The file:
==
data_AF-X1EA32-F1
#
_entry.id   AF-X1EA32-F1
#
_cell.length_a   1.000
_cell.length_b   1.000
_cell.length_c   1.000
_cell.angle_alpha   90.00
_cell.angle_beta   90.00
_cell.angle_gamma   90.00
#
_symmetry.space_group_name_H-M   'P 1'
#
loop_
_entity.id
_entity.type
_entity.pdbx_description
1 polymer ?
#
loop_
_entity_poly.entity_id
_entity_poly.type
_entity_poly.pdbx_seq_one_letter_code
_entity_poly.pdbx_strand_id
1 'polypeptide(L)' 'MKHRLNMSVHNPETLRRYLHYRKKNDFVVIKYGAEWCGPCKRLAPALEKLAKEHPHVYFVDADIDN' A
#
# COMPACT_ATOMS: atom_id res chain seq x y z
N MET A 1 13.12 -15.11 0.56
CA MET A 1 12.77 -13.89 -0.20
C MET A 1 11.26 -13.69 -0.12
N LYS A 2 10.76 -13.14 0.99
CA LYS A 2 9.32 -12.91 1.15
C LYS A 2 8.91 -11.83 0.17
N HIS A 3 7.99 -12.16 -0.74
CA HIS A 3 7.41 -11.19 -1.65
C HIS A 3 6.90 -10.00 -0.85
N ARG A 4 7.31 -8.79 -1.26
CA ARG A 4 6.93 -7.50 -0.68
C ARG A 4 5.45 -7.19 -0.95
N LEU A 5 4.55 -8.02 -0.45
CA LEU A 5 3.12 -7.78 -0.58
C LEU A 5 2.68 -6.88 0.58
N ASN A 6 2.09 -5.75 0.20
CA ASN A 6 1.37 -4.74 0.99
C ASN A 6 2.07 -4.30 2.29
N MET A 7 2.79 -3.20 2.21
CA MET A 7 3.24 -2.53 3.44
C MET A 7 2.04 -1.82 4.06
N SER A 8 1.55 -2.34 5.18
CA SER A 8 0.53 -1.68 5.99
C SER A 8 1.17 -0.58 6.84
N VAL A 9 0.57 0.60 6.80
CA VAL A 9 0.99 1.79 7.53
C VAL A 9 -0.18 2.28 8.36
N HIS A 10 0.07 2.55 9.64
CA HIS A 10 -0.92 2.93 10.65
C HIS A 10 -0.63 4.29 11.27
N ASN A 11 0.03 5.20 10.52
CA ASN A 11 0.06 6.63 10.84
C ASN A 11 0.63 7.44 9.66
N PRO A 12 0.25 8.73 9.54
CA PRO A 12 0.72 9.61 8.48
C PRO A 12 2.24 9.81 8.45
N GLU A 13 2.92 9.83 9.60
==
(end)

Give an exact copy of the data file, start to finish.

data_AF-X1EA32-F1
#
_entry.id   AF-X1EA32-F1
#
_cell.length_a   1.000
_cell.length_b   1.000
_cell.length_c   1.000
_cell.angle_alpha   90.00
_cell.angle_beta   90.00
_cell.angle_gamma   90.00
#
_symmetry.space_group_name_H-M   'P 1'
#
loop_
_entity.id
_entity.type
_entity.pdbx_description
1 polymer ?
#
loop_
_entity_poly.entity_id
_entity_poly.type
_entity_poly.pdbx_seq_one_letter_code
_entity_poly.pdbx_strand_id
1 'polypeptide(L)' 'MKHRLNMSVHNPETLRRYLHYRKKNDFVVIKYGAEWCGPCKRLAPALEKLAKEHPHVYFVDADIDN' A
#
# COMPACT_ATOMS: atom_id res chain seq x y z
N MET A 1 13.12 -15.11 0.56
CA MET A 1 12.77 -13.89 -0.20
C MET A 1 11.26 -13.69 -0.12
N LYS A 2 10.76 -13.14 0.99
CA LYS A 2 9.32 -12.91 1.15
C LYS A 2 8.91 -11.83 0.17
N HIS A 3 7.99 -12.16 -0.74
CA HIS A 3 7.41 -11.19 -1.65
C HIS A 3 6.90 -10.00 -0.85
N ARG A 4 7.31 -8.79 -1.26
CA ARG A 4 6.93 -7.50 -0.68
C ARG A 4 5.45 -7.19 -0.95
N LEU A 5 4.55 -8.02 -0.45
CA LEU A 5 3.12 -7.78 -0.58
C LEU A 5 2.68 -6.88 0.58
N ASN A 6 2.09 -5.75 0.20
CA ASN A 6 1.37 -4.74 0.99
C ASN A 6 2.07 -4.30 2.29
N MET A 7 2.79 -3.20 2.21
CA MET A 7 3.24 -2.53 3.44
C MET A 7 2.04 -1.82 4.06
N SER A 8 1.55 -2.34 5.18
CA SER A 8 0.53 -1.68 5.99
C SER A 8 1.17 -0.58 6.84
N VAL A 9 0.57 0.60 6.80
CA VAL A 9 0.99 1.79 7.53
C VAL A 9 -0.18 2.28 8.36
N HIS A 10 0.07 2.55 9.64
CA HIS A 10 -0.92 2.93 10.65
C HIS A 10 -0.63 4.29 11.27
N ASN A 11 0.03 5.20 10.52
CA ASN A 11 0.06 6.63 10.84
C ASN A 11 0.63 7.44 9.66
N PRO A 12 0.25 8.73 9.54
CA PRO A 12 0.72 9.61 8.48
C PRO A 12 2.24 9.81 8.45
N GLU A 13 2.92 9.83 9.60